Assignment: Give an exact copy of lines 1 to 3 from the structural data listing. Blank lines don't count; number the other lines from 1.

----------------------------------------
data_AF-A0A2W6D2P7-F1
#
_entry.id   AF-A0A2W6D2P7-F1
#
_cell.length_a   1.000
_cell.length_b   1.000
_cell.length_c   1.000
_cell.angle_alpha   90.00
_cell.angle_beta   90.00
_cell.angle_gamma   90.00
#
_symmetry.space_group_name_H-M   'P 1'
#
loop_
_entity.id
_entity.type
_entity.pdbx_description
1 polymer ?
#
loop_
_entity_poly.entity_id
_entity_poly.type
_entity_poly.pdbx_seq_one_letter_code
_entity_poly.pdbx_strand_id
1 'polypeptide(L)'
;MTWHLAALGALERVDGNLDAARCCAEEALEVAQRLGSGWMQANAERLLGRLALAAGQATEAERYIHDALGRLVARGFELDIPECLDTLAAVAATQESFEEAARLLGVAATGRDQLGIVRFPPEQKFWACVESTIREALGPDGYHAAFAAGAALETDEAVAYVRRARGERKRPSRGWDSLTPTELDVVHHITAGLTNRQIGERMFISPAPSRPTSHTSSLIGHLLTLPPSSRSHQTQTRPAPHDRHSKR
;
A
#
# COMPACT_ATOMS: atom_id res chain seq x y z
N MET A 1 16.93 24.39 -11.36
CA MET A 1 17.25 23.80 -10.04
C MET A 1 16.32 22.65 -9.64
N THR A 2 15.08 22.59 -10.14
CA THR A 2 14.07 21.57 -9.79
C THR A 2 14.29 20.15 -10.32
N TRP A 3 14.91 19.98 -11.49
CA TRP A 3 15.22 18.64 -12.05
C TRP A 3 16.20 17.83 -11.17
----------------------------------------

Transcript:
data_AF-A0A2W6D2P7-F1
#
_entry.id   AF-A0A2W6D2P7-F1